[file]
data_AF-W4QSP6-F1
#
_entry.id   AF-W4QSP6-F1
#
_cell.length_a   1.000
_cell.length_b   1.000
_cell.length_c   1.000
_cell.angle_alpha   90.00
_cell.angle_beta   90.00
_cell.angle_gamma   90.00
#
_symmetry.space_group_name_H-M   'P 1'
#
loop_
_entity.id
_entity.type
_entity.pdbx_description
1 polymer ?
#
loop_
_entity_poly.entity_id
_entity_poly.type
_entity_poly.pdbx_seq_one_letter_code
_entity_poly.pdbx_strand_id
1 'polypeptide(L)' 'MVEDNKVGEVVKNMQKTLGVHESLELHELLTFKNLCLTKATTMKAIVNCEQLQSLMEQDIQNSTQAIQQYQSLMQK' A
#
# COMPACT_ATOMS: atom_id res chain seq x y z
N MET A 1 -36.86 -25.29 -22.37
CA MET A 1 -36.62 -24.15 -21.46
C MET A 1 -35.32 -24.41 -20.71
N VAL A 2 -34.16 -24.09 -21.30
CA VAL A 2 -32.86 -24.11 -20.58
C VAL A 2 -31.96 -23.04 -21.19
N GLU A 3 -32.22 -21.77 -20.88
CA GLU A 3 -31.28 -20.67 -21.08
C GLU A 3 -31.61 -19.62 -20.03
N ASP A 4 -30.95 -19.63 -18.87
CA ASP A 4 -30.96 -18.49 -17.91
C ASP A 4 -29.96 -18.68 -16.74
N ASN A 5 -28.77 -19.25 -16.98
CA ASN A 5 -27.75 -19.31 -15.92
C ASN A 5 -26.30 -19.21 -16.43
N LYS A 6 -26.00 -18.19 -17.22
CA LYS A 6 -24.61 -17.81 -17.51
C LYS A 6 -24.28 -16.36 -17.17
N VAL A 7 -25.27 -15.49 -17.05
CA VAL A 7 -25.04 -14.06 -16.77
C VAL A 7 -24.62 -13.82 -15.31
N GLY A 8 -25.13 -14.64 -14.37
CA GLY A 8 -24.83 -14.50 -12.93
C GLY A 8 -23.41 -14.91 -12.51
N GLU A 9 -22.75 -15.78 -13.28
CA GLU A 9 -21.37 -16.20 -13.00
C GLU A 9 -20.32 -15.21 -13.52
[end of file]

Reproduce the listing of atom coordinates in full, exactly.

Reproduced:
data_AF-W4QSP6-F1
#
_entry.id   AF-W4QSP6-F1
#
_cell.length_a   1.000
_cell.length_b   1.000
_cell.length_c   1.000
_cell.angle_alpha   90.00
_cell.angle_beta   90.00
_cell.angle_gamma   90.00
#
_symmetry.space_group_name_H-M   'P 1'
#
loop_
_entity.id
_entity.type
_entity.pdbx_description
1 polymer ?
#
loop_
_entity_poly.entity_id
_entity_poly.type
_entity_poly.pdbx_seq_one_letter_code
_entity_poly.pdbx_strand_id
1 'polypeptide(L)' 'MVEDNKVGEVVKNMQKTLGVHESLELHELLTFKNLCLTKATTMKAIVNCEQLQSLMEQDIQNSTQAIQQYQSLMQK' A
#
# COMPACT_ATOMS: atom_id res chain seq x y z
N MET A 1 -36.86 -25.29 -22.37
CA MET A 1 -36.62 -24.15 -21.46
C MET A 1 -35.32 -24.41 -20.71
N VAL A 2 -34.16 -24.09 -21.30
CA VAL A 2 -32.86 -24.11 -20.58
C VAL A 2 -31.96 -23.04 -21.19
N GLU A 3 -32.22 -21.77 -20.88
CA GLU A 3 -31.28 -20.67 -21.08
C GLU A 3 -31.61 -19.62 -20.03
N ASP A 4 -30.95 -19.63 -18.87
CA ASP A 4 -30.96 -18.49 -17.91
C ASP A 4 -29.96 -18.68 -16.74
N ASN A 5 -28.77 -19.25 -16.98
CA ASN A 5 -27.75 -19.31 -15.92
C ASN A 5 -26.30 -19.21 -16.43
N LYS A 6 -26.00 -18.19 -17.22
CA LYS A 6 -24.61 -17.81 -17.51
C LYS A 6 -24.28 -16.36 -17.17
N VAL A 7 -25.27 -15.49 -17.05
CA VAL A 7 -25.04 -14.06 -16.77
C VAL A 7 -24.62 -13.82 -15.31
N GLY A 8 -25.13 -14.64 -14.37
CA GLY A 8 -24.83 -14.50 -12.93
C GLY A 8 -23.41 -14.91 -12.51
N GLU A 9 -22.75 -15.78 -13.28
CA GLU A 9 -21.37 -16.20 -13.00
C GLU A 9 -20.32 -15.21 -13.52